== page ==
A Dream of Rome
She still marvels at how she came to work at the congregation. After studying theology and philosophy at Belgium's Louvain University, Hendrickx discovered upon graduation that the university had no jobs available. She soon moved to Italy in 1987, where she received a one-year scholarship to study at Milan's Catholic University.
“While I was there, one of my Louvain professors contacted me and said, ‘You should go to Rome!’” In fact, her professor had written to various big names within the Vatican to receive her, people like Cardinal Ratzinger and Cardinal Gantin (one of the highest-ranking Africans in the Holy See, from Benin).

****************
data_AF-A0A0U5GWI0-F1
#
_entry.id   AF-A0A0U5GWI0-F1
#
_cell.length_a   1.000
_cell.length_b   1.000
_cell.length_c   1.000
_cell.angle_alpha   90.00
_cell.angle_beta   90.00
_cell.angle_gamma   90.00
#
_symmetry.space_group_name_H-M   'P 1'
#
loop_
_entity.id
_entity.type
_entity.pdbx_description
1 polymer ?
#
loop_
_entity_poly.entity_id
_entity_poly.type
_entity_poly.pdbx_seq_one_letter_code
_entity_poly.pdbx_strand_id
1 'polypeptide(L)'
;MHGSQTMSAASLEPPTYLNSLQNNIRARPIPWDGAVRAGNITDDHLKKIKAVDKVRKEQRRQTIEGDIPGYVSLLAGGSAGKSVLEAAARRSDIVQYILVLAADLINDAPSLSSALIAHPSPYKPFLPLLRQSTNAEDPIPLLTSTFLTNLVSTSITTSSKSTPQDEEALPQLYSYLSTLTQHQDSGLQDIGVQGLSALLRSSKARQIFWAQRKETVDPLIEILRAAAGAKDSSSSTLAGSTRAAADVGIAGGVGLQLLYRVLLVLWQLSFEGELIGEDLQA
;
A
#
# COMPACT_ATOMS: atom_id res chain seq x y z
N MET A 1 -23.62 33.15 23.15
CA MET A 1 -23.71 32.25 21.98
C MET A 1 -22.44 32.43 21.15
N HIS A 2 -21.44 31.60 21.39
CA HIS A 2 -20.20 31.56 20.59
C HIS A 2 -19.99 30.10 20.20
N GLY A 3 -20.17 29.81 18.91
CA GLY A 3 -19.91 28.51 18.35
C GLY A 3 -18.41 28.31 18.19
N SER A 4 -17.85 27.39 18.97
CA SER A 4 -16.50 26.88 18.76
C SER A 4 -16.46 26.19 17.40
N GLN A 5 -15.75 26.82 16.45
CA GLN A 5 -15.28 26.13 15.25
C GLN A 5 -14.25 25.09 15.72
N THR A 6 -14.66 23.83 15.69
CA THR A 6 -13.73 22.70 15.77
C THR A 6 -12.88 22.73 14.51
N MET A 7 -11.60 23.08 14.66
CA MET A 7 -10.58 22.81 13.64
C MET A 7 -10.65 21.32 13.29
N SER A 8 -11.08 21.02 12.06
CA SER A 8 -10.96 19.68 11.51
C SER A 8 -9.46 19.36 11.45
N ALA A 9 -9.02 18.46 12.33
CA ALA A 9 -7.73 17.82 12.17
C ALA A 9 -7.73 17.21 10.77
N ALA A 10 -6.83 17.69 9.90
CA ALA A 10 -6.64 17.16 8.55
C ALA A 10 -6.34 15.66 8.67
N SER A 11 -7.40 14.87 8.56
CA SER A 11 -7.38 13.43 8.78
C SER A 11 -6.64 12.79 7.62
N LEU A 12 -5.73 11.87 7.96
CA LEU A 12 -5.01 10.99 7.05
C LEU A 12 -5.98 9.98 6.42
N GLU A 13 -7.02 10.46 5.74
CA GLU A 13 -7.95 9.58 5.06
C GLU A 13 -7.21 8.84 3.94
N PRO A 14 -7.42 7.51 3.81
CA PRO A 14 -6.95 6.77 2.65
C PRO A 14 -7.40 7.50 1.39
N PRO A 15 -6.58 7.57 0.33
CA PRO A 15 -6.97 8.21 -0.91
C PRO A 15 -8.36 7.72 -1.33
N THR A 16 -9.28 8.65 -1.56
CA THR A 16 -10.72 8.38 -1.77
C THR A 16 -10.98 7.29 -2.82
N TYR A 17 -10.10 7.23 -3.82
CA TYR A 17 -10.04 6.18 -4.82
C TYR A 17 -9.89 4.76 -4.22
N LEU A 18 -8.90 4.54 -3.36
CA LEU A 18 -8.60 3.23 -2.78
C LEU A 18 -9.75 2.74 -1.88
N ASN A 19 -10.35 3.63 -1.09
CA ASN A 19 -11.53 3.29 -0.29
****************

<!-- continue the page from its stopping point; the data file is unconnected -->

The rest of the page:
“I thought my professor was crazy. But everyone responded that I was welcome.”
She describes her first trip to Rome as like a dream. Belgian Archbishop Jan Schotte, bishop at the time (today he is a cardinal), brought her everywhere and “invited me to restaurants.” When Hendrickx boldly asked if she could go to Mass with the Pope, Archbishop Schotte arranged it.
“I couldn't believe it. Though I did not know it at the time, the meeting was arranged not so much so that I could meet the Pope, but so that the Pope could meet me.”
When Hendrickx returned to Milan, she received a startling phone call. “I didn't respond because no one ever called me. I think my mother called only once in four months. The cleaning lady answered and said, ‘It's for you!’ It was Msgr. Sepe, of the Holy See Secretariat of State.
He said, ‘The Holy Father needs you. When can you be in Rome?’” Hendrickx, in shock, managed to answer that she could go down the next day.
Nightmare on the Via
After her first dream-like visit, the next seemed like a nightmare.